Survey: Voters more concerned about economy than politics, seven in 10 feel country moving in wrong direction

Malay Mail
Malay Mail

KUALA LUMPUR, Nov 4 — Most voters going into the 15th general elections (GE15) were concerned about the economy with 74 per cent of respondents saying the country’s biggest problem is its economy.

The next biggest problems faced by the country were related to political issues (3 per cent), racial issues (3 per cent), and leadership issues (3 per cent).

The top concern for the Malaysian voters surveyed was inflation (31 per cent), followed by political instability (13 per cent), corruption (12 per cent) and enhancing economic growth (12 per cent).

"Issues driving voter motivations are fairly universal: the economy and inflation.

"But we now see voters genuinely concerned over political uncertainty, as it may mean that public priorities take a back seat compared to leaders’ efforts to stay or gain power,” it said.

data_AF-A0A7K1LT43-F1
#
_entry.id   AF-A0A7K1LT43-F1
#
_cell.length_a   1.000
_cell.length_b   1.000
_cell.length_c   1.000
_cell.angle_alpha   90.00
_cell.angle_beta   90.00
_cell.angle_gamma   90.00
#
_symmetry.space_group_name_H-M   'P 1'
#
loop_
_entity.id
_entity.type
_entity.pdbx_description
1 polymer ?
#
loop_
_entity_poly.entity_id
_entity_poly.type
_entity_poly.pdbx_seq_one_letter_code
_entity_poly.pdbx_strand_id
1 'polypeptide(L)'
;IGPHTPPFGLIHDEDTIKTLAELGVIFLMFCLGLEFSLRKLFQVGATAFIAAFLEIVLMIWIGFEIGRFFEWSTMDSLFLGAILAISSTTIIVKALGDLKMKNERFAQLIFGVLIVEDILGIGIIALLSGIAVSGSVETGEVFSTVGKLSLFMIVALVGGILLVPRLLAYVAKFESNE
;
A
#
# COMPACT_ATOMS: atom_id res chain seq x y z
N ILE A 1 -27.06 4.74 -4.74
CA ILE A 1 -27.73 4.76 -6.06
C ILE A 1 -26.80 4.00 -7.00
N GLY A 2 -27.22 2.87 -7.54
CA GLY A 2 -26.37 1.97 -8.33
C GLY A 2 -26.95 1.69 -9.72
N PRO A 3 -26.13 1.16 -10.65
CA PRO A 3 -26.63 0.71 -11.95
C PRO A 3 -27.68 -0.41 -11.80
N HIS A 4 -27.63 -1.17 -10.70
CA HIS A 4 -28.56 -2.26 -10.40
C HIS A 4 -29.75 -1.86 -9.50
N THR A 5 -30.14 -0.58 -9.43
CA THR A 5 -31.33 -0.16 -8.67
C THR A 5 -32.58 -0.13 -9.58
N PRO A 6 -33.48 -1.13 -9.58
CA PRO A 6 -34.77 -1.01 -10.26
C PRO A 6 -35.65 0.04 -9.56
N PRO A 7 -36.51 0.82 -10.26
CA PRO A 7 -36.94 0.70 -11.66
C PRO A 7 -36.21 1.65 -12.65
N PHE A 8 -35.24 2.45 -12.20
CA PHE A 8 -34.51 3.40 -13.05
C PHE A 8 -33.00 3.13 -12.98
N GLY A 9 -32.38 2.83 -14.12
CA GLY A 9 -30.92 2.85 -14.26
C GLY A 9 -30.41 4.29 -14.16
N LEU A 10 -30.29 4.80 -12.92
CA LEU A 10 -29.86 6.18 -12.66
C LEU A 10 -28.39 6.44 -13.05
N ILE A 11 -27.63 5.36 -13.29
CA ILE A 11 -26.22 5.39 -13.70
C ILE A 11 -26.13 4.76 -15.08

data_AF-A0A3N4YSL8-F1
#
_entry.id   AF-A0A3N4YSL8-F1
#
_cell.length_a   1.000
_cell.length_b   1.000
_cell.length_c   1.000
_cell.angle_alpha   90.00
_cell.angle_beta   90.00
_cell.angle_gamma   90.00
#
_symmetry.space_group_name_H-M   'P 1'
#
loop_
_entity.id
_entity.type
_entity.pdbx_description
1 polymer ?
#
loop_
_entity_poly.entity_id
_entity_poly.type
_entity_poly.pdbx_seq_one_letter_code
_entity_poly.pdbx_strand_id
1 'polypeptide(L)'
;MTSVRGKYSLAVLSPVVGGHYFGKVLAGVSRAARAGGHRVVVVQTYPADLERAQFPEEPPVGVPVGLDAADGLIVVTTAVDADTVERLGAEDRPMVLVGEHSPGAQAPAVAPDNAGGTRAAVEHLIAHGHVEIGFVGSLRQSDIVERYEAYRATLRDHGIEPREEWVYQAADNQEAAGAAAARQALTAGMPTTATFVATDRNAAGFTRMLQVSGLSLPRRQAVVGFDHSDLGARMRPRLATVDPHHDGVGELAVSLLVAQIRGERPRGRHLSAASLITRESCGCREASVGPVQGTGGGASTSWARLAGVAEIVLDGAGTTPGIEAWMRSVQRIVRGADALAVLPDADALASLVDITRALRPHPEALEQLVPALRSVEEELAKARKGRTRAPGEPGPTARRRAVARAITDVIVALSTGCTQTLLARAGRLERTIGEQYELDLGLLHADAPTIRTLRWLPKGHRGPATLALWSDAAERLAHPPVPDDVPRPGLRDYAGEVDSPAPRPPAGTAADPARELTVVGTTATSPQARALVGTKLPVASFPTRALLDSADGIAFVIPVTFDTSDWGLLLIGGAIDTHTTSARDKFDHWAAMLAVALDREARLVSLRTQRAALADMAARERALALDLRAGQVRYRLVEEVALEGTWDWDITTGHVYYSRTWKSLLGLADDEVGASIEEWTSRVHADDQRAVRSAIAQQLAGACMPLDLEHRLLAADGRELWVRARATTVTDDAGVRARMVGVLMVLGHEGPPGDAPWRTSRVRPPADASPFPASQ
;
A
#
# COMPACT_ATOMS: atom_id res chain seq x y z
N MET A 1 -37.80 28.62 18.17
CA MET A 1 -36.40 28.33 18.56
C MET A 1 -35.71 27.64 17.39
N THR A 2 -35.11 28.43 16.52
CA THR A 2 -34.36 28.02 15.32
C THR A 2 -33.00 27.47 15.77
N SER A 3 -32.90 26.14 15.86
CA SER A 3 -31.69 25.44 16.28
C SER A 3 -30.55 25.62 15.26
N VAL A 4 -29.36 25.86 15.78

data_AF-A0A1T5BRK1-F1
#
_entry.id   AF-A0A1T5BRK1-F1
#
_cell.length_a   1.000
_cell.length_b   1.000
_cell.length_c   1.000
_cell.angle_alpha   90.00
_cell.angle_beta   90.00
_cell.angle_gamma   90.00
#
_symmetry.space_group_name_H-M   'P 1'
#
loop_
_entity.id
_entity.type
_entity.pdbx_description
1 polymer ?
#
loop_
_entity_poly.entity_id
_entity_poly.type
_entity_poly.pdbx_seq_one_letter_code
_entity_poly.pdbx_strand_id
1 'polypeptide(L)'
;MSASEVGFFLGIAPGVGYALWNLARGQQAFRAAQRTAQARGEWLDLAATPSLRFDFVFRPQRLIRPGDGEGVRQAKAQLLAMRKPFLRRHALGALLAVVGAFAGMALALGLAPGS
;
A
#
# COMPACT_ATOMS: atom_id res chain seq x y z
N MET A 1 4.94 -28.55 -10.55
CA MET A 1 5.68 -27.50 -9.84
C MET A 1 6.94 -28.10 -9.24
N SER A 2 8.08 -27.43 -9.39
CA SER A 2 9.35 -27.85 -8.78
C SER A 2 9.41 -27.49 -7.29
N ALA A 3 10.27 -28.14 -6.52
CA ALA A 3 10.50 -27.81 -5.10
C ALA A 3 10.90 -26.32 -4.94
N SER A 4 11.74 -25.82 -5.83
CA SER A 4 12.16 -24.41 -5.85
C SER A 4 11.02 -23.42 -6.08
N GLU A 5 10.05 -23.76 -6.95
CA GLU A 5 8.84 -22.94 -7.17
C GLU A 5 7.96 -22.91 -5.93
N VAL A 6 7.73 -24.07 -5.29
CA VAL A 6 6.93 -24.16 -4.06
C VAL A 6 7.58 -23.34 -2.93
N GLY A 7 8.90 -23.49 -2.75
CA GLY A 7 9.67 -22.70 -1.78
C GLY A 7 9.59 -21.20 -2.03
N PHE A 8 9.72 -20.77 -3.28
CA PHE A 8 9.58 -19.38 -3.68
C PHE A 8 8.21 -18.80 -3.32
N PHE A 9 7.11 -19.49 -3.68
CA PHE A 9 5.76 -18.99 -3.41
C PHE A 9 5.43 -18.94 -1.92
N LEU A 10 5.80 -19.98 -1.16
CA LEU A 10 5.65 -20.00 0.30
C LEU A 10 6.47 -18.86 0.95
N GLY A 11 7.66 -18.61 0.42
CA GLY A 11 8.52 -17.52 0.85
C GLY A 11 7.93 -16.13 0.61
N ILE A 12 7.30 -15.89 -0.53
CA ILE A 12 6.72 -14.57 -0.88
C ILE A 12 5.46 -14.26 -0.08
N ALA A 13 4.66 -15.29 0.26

In addition, 72 per cent of respondents felt that the country is going in the wrong direction due to economic concerns (32 per cent of respondents) followed by political instability (27 per cent).

Other concerns were poor and inefficient administration (12 per cent), bad quality of leadership and no welfare (8 per cent), and racial issues (3 per cent).

However, those who said the country was going in the right direction cited a favourable economy (13 per cent), good national and state administration (11 per cent), good quality leadership and welfare (8 per cent), social and public safety (5 per cent), and good development and infrastructure (1 per cent).

Dissatisfaction with the direction of the country was high among ethnic lines (65 per cent for Malays, 85 per cent for ethnic Chinese and Indians, 71 per cent for Muslim Bumiputera and 63 per cent for non-Muslim Bumiputera) and age groups (65 per cent for those aged 18 to 20, 73 per cent for those aged 21 to 30, 74 per cent for ages 31 to 40, 71 per cent for ages 41 to 50, 74 per cent for ages 51 - 60 and 71 per cent for ages 61 and above).

Merdeka Center noted that levels of dissatisfaction with the direction of the country increased after the dissolution of Parliament.

Merdeka Center surveyed 1,209 respondents aged 18 and above via telephone from all states and constituencies, proportional to the population in each parliament constituency.

The survey was conducted from October 19 to 28.